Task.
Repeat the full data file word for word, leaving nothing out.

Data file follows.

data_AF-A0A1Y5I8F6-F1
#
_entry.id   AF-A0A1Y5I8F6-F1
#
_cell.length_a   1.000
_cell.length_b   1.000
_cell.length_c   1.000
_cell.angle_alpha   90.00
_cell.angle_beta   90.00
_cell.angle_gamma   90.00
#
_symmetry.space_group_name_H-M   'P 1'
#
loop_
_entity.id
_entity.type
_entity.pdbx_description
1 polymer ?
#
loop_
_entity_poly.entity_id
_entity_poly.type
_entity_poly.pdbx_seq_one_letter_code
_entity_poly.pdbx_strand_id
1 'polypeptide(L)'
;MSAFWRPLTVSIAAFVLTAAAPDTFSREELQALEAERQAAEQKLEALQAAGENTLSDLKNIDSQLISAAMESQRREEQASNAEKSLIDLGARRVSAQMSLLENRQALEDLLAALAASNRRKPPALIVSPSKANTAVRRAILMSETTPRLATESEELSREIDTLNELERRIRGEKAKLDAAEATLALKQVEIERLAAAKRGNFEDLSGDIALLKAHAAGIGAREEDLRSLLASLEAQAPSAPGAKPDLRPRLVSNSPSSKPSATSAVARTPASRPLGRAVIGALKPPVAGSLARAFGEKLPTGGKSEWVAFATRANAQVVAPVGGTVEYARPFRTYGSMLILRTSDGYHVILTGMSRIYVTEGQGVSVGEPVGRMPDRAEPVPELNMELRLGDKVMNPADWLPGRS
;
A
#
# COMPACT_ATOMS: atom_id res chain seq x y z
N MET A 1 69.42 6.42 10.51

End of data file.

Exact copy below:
data_AF-A0A1Y5I8F6-F1
#
_entry.id   AF-A0A1Y5I8F6-F1
#
_cell.length_a   1.000
_cell.length_b   1.000
_cell.length_c   1.000
_cell.angle_alpha   90.00
_cell.angle_beta   90.00
_cell.angle_gamma   90.00
#
_symmetry.space_group_name_H-M   'P 1'
#
loop_
_entity.id
_entity.type
_entity.pdbx_description
1 polymer ?
#
loop_
_entity_poly.entity_id
_entity_poly.type
_entity_poly.pdbx_seq_one_letter_code
_entity_poly.pdbx_strand_id
1 'polypeptide(L)'
;MSAFWRPLTVSIAAFVLTAAAPDTFSREELQALEAERQAAEQKLEALQAAGENTLSDLKNIDSQLISAAMESQRREEQASNAEKSLIDLGARRVSAQMSLLENRQALEDLLAALAASNRRKPPALIVSPSKANTAVRRAILMSETTPRLATESEELSREIDTLNELERRIRGEKAKLDAAEATLALKQVEIERLAAAKRGNFEDLSGDIALLKAHAAGIGAREEDLRSLLASLEAQAPSAPGAKPDLRPRLVSNSPSSKPSATSAVARTPASRPLGRAVIGALKPPVAGSLARAFGEKLPTGGKSEWVAFATRANAQVVAPVGGTVEYARPFRTYGSMLILRTSDGYHVILTGMSRIYVTEGQGVSVGEPVGRMPDRAEPVPELNMELRLGDKVMNPADWLPGRS
;
A
#
# COMPACT_ATOMS: atom_id res chain seq x y z
N MET A 1 69.42 6.42 10.51